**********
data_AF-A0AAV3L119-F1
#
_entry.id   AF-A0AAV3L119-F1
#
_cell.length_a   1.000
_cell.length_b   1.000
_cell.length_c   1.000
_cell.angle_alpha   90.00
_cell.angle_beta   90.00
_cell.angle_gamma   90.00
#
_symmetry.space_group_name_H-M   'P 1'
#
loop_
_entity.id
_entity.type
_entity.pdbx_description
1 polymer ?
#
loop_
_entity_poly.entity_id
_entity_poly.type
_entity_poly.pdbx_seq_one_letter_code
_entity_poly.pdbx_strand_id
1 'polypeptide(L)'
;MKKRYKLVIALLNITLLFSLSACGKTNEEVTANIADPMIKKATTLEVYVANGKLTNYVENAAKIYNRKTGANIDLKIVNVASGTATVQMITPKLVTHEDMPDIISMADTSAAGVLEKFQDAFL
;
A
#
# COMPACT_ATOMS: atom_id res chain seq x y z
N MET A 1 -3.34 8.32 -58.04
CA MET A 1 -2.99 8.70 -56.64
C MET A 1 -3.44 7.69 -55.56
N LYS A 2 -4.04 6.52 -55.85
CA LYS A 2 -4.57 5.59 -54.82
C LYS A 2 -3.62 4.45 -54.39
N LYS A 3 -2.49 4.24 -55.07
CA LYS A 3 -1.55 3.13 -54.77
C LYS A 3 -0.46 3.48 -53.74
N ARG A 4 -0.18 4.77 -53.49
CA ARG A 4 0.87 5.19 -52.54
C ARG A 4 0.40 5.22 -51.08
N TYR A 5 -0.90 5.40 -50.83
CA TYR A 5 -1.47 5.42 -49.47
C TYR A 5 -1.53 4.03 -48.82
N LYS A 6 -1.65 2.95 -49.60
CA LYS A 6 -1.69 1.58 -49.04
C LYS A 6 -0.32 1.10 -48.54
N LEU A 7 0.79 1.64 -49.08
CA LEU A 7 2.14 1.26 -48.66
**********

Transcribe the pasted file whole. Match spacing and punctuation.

data_AF-A0AAV3L119-F1
#
_entry.id   AF-A0AAV3L119-F1
#
_cell.length_a   1.000
_cell.length_b   1.000
_cell.length_c   1.000
_cell.angle_alpha   90.00
_cell.angle_beta   90.00
_cell.angle_gamma   90.00
#
_symmetry.space_group_name_H-M   'P 1'
#
loop_
_entity.id
_entity.type
_entity.pdbx_description
1 polymer ?
#
loop_
_entity_poly.entity_id
_entity_poly.type
_entity_poly.pdbx_seq_one_letter_code
_entity_poly.pdbx_strand_id
1 'polypeptide(L)'
;MKKRYKLVIALLNITLLFSLSACGKTNEEVTANIADPMIKKATTLEVYVANGKLTNYVENAAKIYNRKTGANIDLKIVNVASGTATVQMITPKLVTHEDMPDIISMADTSAAGVLEKFQDAFL
;
A
#
# COMPACT_ATOMS: atom_id res chain seq x y z
N MET A 1 -3.34 8.32 -58.04
CA MET A 1 -2.99 8.70 -56.64
C MET A 1 -3.44 7.69 -55.56
N LYS A 2 -4.04 6.52 -55.85
CA LYS A 2 -4.57 5.59 -54.82
C LYS A 2 -3.62 4.45 -54.39
N LYS A 3 -2.49 4.24 -55.07
CA LYS A 3 -1.55 3.13 -54.77
C LYS A 3 -0.46 3.48 -53.74
N ARG A 4 -0.18 4.77 -53.49
CA ARG A 4 0.87 5.19 -52.54
C ARG A 4 0.40 5.22 -51.08
N TYR A 5 -0.90 5.40 -50.83
CA TYR A 5 -1.47 5.42 -49.47
C TYR A 5 -1.53 4.03 -48.82
N LYS A 6 -1.65 2.95 -49.60
CA LYS A 6 -1.69 1.58 -49.04
C LYS A 6 -0.32 1.10 -48.54
N LEU A 7 0.79 1.64 -49.08
CA LEU A 7 2.14 1.26 -48.66